•Fast finishers use the whiteboards to call out words to their partner. •Really fast finishers add some words to sentences on their whiteboards.

To grab your completely free set of lists and sentences.

How to set up partner reading – using curated sentences

The activity was a warm-up list and four sentences. This activity goes home for repeated practice. The students only read one list at school and two sentences.

Here is what we did.

•Partner 1 reads one list to partner 2. Partner 2 checks off each word and gives feedback. •Next, partner 2 reads to partner 1.

•Partner 1 reads one or two sentences, and partner 2 checks off the words. •Partner 2 then reads one or two sentences and partner 1 checks.

•Fast finishers use paper strips to call out words to their partner. •Really fast finishers dictate a sentence to each other.

Teamwork and cooperation are additional skills to foster.

Fluency is the goal for partner reading, but we should also consider the secondary skills we want to encourage, such as cooperation, teamwork and friendship. A crucial part of partner reading is how students correct errors and give feedback. Constructive teacher feedback and error correction will help develop how the students offer feedback. Whatever you say to your students, they will copy.

Here are some feedback gems I heard in the classroom.

•Let’s try that again. I think it says ‘cat’ say it with me. Now, let’s sound it out and read the word again. That is not a /d/. Let’s sound out the whole word again.

•Wait, wait, can you just say that again?

•I want you to start that word again, and this time, sound it out first

•Listen /k/ /i/ /d/ /z/ now let’s put it together ‘kids’, now you do it.

•Let’s try that again, you said /b/, but it’s a /d/

•These words all came from children who have only had three terms in school. Children often repeat what they hear and see.

Children learn new material best through explicit teaching.

We should do as much as possible through whole-class teaching and supported group instruction. It is best to avoid putting new skills or knowledge into independent group work activities.

Click here for some free lists and sentences to get you started! The lists and sentences contain CVC-CCVCC words and digraphs ‘CH’ ‘TH’ ‘SH’ ‘CK’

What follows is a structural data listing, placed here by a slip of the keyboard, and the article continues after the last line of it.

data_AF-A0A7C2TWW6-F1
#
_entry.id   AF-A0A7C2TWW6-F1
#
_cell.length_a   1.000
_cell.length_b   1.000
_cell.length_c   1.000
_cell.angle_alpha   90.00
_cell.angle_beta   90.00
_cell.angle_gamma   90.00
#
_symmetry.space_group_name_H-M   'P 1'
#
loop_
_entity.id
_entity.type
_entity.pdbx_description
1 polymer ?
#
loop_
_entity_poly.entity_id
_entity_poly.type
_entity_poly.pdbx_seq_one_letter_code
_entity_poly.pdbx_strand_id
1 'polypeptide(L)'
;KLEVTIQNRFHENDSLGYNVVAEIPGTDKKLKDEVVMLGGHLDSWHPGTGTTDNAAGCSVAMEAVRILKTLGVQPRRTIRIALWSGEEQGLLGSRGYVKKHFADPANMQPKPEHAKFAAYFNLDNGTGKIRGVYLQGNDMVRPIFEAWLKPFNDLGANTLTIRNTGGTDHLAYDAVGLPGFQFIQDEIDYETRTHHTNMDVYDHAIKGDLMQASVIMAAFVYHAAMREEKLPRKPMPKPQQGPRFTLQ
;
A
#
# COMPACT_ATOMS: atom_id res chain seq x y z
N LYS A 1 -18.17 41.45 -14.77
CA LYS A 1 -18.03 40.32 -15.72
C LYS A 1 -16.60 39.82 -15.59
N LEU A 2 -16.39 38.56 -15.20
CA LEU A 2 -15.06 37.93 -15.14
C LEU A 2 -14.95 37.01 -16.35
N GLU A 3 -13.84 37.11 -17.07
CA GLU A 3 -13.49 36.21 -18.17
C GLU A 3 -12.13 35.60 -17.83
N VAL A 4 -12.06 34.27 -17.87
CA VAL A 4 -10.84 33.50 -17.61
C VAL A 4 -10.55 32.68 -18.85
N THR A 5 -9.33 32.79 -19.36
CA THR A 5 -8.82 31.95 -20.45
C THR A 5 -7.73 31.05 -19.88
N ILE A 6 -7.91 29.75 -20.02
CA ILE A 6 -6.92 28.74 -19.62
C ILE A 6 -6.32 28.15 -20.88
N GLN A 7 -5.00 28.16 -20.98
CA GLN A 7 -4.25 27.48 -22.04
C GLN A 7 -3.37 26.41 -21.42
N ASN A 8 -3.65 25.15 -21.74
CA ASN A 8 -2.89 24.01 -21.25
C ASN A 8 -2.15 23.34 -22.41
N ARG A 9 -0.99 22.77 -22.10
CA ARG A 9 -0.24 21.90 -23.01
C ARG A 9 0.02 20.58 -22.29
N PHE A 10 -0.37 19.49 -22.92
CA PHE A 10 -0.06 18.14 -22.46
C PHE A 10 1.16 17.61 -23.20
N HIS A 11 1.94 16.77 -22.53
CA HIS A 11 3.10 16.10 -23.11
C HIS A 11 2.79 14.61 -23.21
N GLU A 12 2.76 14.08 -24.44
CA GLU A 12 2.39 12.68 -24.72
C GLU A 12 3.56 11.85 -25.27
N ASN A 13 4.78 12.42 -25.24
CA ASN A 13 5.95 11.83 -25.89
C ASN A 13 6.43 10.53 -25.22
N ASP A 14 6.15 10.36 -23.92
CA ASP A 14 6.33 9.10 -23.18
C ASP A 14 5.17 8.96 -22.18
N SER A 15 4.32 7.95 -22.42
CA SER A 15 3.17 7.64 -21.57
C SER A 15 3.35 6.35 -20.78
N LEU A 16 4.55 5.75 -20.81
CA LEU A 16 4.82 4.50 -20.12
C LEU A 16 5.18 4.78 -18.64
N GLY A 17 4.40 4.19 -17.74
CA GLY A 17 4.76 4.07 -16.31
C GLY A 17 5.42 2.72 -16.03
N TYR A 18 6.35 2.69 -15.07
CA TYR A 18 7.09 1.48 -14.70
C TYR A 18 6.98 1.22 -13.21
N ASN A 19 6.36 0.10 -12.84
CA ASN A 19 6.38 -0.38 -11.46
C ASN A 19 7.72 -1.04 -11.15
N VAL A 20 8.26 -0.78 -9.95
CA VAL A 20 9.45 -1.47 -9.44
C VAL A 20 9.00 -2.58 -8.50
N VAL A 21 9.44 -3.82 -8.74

We also use sentences and words for dictation.

We love a splash of colour. To download this paper and others, go here. It also has lines too!

It sounds very authoritative and not at all engaging, but if we can get past the word dictation, transcribing words is a great way to get children to link reading and spelling. It enables students to practise previously taught sounds in the context of words and sentences. Writing is a complex activity that is about the mechanics of getting the print on the page plus generating ideas. In the early days of instruction, a daily dictation activity removes the need to create ideas, locks in the mechanics of letter formation and retrieves the spellings to form words and sentences.

A daily dication is the perfect time to hone in on letter formation and to check their increasing knowledge of the alphabet code.

The ready-made sentences are a real-time saver in my clinic, and I love to use them in the classroom as I don't need to think of sentences and words on my feet.

I just print off the relevant resources before each session!

Working with small groups of children is the perfect time to hone in on letter formation and to check their increasing knowledge of the alphabet code.

Here is what we did.

I read the sentence.

I asked the students to say the sentence with me. Next, we said the sentence again and counted the words. We always count with our fingers the number of words we should see on the page.

In the beginning, your student might not be able to hold all the words in their short-term memory, so you may have to read the sentence a word at a time to help them get the words on the page.

Check out my sentence packs here.

Next, I read the sentence and helped the students to sound out each word if needed. Once we got to the end of the sentence, I reread the whole sentence, and the students read the sentence to me. If corrections are needed, encourage your student to read again and encourage self-correction. Finally, I reread the sentence and corrected it if needed.

Go here to read the post — 5 Ways With Decodable Sentences.

This bundle is getting an update for 2024! So excited to share new resources with you.